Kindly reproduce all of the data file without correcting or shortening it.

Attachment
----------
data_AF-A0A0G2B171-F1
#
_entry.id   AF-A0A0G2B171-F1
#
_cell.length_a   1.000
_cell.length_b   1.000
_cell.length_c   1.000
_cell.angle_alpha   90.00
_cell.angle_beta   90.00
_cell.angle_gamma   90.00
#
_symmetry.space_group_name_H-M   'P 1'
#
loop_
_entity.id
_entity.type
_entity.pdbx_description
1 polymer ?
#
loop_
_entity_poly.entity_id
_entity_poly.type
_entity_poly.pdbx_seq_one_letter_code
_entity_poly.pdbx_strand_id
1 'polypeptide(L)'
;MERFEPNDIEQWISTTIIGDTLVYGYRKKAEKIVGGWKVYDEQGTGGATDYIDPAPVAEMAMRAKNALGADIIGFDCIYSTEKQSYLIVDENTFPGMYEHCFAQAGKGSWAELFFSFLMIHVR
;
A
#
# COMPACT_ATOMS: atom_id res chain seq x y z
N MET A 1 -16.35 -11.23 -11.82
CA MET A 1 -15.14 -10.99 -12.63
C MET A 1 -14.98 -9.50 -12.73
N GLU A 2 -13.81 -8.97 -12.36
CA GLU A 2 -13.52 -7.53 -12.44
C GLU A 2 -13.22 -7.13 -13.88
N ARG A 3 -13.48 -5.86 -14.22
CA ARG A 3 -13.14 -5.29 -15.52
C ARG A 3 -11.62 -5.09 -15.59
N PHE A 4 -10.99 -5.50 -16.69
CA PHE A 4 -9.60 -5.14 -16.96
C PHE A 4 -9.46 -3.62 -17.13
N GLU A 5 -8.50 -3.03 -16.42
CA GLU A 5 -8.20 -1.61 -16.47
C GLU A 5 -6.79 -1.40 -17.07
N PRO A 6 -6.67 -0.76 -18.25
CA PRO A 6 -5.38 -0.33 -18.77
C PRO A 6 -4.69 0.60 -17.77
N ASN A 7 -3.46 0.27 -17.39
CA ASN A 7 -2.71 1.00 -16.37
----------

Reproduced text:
data_AF-A0A0G2B171-F1
#
_entry.id   AF-A0A0G2B171-F1
#
_cell.length_a   1.000
_cell.length_b   1.000
_cell.length_c   1.000
_cell.angle_alpha   90.00
_cell.angle_beta   90.00
_cell.angle_gamma   90.00
#
_symmetry.space_group_name_H-M   'P 1'
#
loop_
_entity.id
_entity.type
_entity.pdbx_description
1 polymer ?
#
loop_
_entity_poly.entity_id
_entity_poly.type
_entity_poly.pdbx_seq_one_letter_code
_entity_poly.pdbx_strand_id
1 'polypeptide(L)'
;MERFEPNDIEQWISTTIIGDTLVYGYRKKAEKIVGGWKVYDEQGTGGATDYIDPAPVAEMAMRAKNALGADIIGFDCIYSTEKQSYLIVDENTFPGMYEHCFAQAGKGSWAELFFSFLMIHVR
;
A
#
# COMPACT_ATOMS: atom_id res chain seq x y z
N MET A 1 -16.35 -11.23 -11.82
CA MET A 1 -15.14 -10.99 -12.63
C MET A 1 -14.98 -9.50 -12.73
N GLU A 2 -13.81 -8.97 -12.36
CA GLU A 2 -13.52 -7.53 -12.44
C GLU A 2 -13.22 -7.13 -13.88
N ARG A 3 -13.48 -5.86 -14.22
CA ARG A 3 -13.14 -5.29 -15.52
C ARG A 3 -11.62 -5.09 -15.59
N PHE A 4 -10.99 -5.50 -16.69
CA PHE A 4 -9.60 -5.14 -16.96
C PHE A 4 -9.46 -3.62 -17.13
N GLU A 5 -8.50 -3.03 -16.42
CA GLU A 5 -8.20 -1.61 -16.47
C GLU A 5 -6.79 -1.40 -17.07
N PRO A 6 -6.67 -0.76 -18.25
CA PRO A 6 -5.38 -0.33 -18.77
C PRO A 6 -4.69 0.60 -17.77
N ASN A 7 -3.46 0.27 -17.39
CA ASN A 7 -2.71 1.00 -16.37